Tornadoes: Severe storms expected in the South putting more than 40 million under threat


The major storm is expected to deliver the potential for severe storms, damaging winds and tornadoes for millions of people across the Midwest and the Mississippi Valley. on Tuesday afternoon, experts warned.

More than 40 million people from southeast Texas east to Georgia, and north to central Indiana and Illinois were threatened by severe weather Tuesday, according to Storm Prediction Center.

The greatest potential for severe weather, a Level 4 out of 5 moderate risk, is for residents of central Mississippi, including Jackson, and parts of east-central Louisiana.

The threat, level 4 out of 5, is rare this time of year for that region, which usually sees storms in the spring and summer.

“The storm system has the potential to produce strong winds, large hail, and a few tornadoes are expected this afternoon into the evening in the low to mid-range Mississippi Valley and parts of the Southeast,” the forecaster explained. A few strong winds will do. ”

Hail, tornadoes and tornadoes are also possible in the level 3 risk, which includes 3 million people across Mississippi and parts of western Alabama, side western Tennessee, eastern Arkansas, northern Louisiana, and a small portion of eastern Texas.

Some of the storms may occur during the night from Tuesday to Wednesday, making them more threatening because of the problem of informing people who want to find better shelter in time that.

Track storms as they develop here.

“Another challenge with overnight storms, especially in the fall and winter, is that storms often move very quickly, at times 50 or 60 mph. ,” Bill Bunting, director of forecasting at the National Weather Service, told CNN Weather.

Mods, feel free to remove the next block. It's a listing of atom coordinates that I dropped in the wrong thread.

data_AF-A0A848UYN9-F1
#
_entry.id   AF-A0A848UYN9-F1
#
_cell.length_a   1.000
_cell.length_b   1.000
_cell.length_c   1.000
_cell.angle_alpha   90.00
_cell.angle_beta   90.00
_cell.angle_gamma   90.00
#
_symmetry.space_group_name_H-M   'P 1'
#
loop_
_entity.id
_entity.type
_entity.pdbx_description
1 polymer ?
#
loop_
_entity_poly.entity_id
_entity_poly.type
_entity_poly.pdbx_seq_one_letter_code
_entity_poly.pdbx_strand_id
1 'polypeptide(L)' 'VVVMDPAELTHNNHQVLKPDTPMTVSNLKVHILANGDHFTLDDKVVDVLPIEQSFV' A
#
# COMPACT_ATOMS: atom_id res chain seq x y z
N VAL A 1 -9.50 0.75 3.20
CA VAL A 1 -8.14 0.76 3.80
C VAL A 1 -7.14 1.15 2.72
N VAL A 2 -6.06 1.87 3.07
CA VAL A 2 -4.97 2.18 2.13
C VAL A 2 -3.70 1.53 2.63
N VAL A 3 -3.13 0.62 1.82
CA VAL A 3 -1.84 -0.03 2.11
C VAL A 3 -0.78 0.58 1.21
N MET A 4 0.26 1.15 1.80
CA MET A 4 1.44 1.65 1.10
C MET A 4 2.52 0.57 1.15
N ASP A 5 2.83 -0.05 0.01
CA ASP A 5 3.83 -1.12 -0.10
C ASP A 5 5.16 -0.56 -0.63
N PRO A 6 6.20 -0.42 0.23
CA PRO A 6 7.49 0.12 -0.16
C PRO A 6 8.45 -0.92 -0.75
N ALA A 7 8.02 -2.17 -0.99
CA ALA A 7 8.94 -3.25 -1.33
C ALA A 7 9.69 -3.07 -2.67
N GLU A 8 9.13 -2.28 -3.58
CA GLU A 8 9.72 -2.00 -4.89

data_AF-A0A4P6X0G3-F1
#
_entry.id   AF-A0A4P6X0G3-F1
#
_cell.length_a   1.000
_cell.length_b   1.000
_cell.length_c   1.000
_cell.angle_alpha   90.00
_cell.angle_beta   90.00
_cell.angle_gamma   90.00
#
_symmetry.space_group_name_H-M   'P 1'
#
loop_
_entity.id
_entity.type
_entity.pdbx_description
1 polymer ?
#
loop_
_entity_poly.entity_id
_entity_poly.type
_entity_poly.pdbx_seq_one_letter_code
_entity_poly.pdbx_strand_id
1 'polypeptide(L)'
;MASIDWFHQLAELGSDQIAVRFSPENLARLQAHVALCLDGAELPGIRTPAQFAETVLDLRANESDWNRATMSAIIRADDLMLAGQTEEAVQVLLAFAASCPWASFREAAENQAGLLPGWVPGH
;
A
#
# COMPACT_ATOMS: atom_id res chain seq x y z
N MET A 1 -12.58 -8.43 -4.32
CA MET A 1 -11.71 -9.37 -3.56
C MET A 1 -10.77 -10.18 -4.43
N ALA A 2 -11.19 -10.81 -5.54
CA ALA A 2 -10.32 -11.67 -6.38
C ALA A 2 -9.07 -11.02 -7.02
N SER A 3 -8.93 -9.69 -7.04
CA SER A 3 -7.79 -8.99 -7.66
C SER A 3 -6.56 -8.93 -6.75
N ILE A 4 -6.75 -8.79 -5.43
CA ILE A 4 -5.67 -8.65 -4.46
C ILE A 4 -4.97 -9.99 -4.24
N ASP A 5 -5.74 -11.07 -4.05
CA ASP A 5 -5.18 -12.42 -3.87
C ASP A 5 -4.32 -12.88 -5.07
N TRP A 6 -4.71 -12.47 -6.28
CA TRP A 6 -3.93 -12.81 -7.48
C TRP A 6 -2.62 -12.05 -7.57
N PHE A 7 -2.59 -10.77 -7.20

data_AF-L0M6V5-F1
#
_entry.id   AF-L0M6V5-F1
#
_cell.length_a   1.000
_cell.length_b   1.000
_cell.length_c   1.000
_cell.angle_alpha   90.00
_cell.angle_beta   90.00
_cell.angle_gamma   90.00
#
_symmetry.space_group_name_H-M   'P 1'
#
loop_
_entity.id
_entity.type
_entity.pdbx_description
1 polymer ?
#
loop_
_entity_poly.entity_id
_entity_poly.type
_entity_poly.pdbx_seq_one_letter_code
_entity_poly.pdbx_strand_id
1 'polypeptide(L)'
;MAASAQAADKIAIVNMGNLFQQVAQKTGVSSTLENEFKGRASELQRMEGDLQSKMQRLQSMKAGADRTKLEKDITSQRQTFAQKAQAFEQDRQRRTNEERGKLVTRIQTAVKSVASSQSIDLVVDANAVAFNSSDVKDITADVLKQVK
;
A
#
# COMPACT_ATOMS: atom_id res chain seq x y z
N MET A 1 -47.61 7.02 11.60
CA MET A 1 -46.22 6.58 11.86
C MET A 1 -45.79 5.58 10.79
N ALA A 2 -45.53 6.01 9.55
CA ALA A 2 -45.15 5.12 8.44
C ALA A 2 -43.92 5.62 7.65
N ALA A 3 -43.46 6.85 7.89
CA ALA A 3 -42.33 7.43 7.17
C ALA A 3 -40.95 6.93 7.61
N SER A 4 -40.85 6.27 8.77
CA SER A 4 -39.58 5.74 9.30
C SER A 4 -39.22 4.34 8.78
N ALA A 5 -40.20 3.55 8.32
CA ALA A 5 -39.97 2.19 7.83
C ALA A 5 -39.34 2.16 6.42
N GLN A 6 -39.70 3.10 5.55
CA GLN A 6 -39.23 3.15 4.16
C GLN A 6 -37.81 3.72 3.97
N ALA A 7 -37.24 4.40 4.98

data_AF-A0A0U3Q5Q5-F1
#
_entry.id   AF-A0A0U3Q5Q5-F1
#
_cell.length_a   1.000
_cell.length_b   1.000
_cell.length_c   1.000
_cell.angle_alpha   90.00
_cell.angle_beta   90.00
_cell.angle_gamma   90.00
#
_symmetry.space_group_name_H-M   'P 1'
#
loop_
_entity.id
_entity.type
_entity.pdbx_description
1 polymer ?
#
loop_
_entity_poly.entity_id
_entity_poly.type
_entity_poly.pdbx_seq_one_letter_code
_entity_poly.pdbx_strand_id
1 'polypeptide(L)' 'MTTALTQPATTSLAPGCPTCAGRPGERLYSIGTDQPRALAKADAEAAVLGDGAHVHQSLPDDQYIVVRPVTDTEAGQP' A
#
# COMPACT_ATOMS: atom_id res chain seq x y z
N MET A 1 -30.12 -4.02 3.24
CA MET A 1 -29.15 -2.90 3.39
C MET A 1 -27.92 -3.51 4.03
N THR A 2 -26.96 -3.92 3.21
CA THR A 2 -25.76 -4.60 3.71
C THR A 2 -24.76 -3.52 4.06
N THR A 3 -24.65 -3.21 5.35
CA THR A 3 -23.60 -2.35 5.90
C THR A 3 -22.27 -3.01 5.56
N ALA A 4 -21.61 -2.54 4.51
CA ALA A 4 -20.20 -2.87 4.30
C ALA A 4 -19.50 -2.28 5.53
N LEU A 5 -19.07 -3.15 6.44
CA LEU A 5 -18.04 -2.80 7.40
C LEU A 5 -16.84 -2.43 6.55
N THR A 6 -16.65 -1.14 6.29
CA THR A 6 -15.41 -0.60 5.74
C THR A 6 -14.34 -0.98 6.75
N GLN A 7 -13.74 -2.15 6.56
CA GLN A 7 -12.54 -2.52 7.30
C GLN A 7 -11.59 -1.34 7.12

“This means that you need to make decisions quickly and stay informed about severe weather or storm warnings, and don’t wait until the storm is over. the storm is coming,” Bunting added.

Parts of the region could also see heavy rain that could lead to flooding due to repeated storms, Bunting noted.

Rainfall across the country is expected to be between 1 and 2 inches, with some parts of the region at risk of seeing up to 4 inches.

In anticipation of the storm’s potential impact, the Mississippi Emergency Management Agency is reminding residents to document the damage they have experienced.

“We encourage Mississippians to take photos of their homes before a storm hits. These photos can be used for insurance purposes and/or assistance if your home is damaged by a storm, “the organization told him. Twitter account.

The moderate risk of storms brought to the region is the second time the weather service has issued a Level 4 of 5 threat this month, CNN meteorologist Taylor Ward said.

It’s also the first time on record there have been two Category 4 threats in November since the hurricane center began using its five-tier system of major hurricane risks in in 2014, Ward added.

The weather service previously issued a moderate threat on Nov. 4, resulting in 62 tornadoes reported across Texas, Oklahoma, Arkansas and Louisiana, according to the forecasting agency. . Many homes and businesses were destroyed.

And because tornadoes don’t happen in the area this time of year, Tuesday’s storm could leave some people blind.

Bunting explained, “And severe hurricanes in the fall and winter can be very disruptive, and people may be able to protect themselves because of the hurricane. will occur less during the colder months,” Bunting explained.

The same storm also brought heavy snowfall to 13 states across the Midwest and Midwest, where more than 15 million people are currently under warnings. winter weather and storm warnings.


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